Low Salaries – Years ago I was riding on a train to Bucharest when I met a young man from China and we got to talking. He told me that in his country, his salary was roughly equivalent to the salaries that Romanians make. But what surprised him was that the prices were so much different. Where he came from, a bottle of water (or Coca-Cola) costs the equivalent of 20 bani, whereas here in Romania it’s well over 1 leu (or more than five times as much).
Likewise, prices in countries like Switzerland or cities like London are sky-high. But if your salaries are commensurate then the actual price of goods there is not that expensive. In other words, if salaries in Romania are low but the prices here were also low then it wouldn’t be a big issue.
Of course, prices aren’t low here and in many cases are far higher than anything I paid back in the United States. But why?
Stupidity – There are certainly stupid people here in Romania, as I’ve written about quite often. But you’d have to believe in some rather foolish racial theories to say that, on average, Romanians are stupider than all the other 400 million people living in the European Union.
I, for one, don’t believe that there’s anything special about Romanians as a race or nationality when it comes to intelligence. There are a few idiots here and there are also a few geniuses but the majority of people here are just like everyone else.
Victims of History – I can’t think of a single historical force in recent history that affected only Romania and not also the rest of Europe.
There were dozens of countries in Eastern Europe who suffered equally (if not more so) at the hands of Soviet oppression. There are lots of other countries who were also overrun by Nazi Germany. There are many other countries that were bullied and influenced and dominated by their more powerful neighbors. There were fascist leaders and cruel monarchs and Communist dictatorships and political prisoners and collectivized farms and population transfers and gulags in many other countries, all of which have somehow overcome those historical injustices to become wealthier than Romania is today.
Poland, for instance, was invaded and occupied by Nazi Germany, had half of its population shipped off to labor camps and saw its capital city of Warsaw completely destroyed once by the Nazis and then a second time by the Soviet Red Army. Poland had Russian troops on its soil right up until 1989 and Poland had its own fair share of domestic Communist dictatorships under Gomulka, Gierek and Jaruzelski, the latter imposing martial law on the country in 1981.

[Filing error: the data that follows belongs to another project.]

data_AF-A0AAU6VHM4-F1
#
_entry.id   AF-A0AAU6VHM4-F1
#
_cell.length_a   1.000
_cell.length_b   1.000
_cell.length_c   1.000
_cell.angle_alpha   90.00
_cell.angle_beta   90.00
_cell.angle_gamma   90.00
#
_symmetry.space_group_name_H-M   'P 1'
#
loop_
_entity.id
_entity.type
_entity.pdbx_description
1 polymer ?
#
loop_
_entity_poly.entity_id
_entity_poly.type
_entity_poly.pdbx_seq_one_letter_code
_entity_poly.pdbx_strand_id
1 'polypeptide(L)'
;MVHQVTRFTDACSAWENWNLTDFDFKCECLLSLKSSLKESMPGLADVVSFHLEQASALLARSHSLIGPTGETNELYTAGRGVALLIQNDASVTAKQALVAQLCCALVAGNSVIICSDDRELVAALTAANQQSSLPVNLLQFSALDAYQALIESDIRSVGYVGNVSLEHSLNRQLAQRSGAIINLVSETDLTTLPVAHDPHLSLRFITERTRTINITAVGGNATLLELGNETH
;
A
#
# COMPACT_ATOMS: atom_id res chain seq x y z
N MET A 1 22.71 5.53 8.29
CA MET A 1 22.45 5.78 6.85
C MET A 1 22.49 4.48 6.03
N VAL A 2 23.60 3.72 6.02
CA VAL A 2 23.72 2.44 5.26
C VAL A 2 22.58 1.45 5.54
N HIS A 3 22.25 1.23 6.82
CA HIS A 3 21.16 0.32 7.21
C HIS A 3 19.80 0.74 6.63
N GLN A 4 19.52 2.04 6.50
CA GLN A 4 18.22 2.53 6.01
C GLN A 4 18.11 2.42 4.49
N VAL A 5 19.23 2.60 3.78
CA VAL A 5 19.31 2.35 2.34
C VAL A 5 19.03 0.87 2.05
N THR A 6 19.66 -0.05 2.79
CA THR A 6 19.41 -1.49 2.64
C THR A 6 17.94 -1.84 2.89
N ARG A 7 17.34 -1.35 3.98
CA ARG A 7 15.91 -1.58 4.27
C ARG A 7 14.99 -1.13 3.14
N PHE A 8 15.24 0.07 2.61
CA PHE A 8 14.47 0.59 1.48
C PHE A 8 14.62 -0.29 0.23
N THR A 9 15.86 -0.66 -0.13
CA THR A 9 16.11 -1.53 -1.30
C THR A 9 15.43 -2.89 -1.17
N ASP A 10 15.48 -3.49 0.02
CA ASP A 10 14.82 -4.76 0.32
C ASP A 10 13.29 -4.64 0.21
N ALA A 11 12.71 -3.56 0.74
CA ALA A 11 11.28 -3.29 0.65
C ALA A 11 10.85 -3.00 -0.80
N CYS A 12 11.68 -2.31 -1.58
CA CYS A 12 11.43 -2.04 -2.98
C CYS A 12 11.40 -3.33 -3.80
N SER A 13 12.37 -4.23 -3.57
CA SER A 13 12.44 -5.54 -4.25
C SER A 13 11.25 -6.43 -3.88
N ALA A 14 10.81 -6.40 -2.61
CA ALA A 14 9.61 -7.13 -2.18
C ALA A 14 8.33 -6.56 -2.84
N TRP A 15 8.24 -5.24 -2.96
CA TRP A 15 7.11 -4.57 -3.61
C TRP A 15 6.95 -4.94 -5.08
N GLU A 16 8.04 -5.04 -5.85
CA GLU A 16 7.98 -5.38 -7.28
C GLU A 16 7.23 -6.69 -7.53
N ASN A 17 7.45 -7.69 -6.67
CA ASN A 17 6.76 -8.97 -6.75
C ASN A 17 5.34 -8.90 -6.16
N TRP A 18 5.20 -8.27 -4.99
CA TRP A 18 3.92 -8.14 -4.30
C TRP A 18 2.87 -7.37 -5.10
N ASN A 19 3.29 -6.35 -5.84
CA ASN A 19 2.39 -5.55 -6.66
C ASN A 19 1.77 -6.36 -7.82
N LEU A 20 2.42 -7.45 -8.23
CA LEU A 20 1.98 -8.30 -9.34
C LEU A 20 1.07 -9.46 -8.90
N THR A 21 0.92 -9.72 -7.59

Latvia was wiped off the face of the map at the end of World War 2 and absorbed into the Soviet Union. Tens of thousands of Latvians were deported to Siberia and 150,000 were sent to work (and die) in Soviet gulags while hundreds of thousands of Russians were sent to Latvia to “Russify” the country and the Latvian language was banned in most schools and universities. Even today its own capital city is deeply divided along racial and linguistic lines, with more Russians living there than ethnic Latvians.
And yet both of these countries managed to rise up from their pasts and become more prosperous than Romania. Why were those countries able to succeed and Romania not?
No, I don’t think any of the above are the true answer as to why Romania is so poor. Those answers above are not inaccurate, but I think they are just symptoms of the problem and do not adequately address the underlying etiology. I truly do think something unique happened to this country but its roots are far, far older than most people would ever guess.
I believe that everything began on September 23, 1543 when a Chinese man named Wu-Feng had his boat was blown off course and landed on the tiny Japanese island of Tanegashima. What happened on that fateful day in that remote fishing village was the butterfly flapping its wings that would lead one day to a “hurricane” of poverty and suffering halfway around the world in modern Romania.
That’s a long story to tell but I’m afraid you’re just going to have to wait a bit longer to read it as it is an important one, and I want to make sure I get it absolutely right.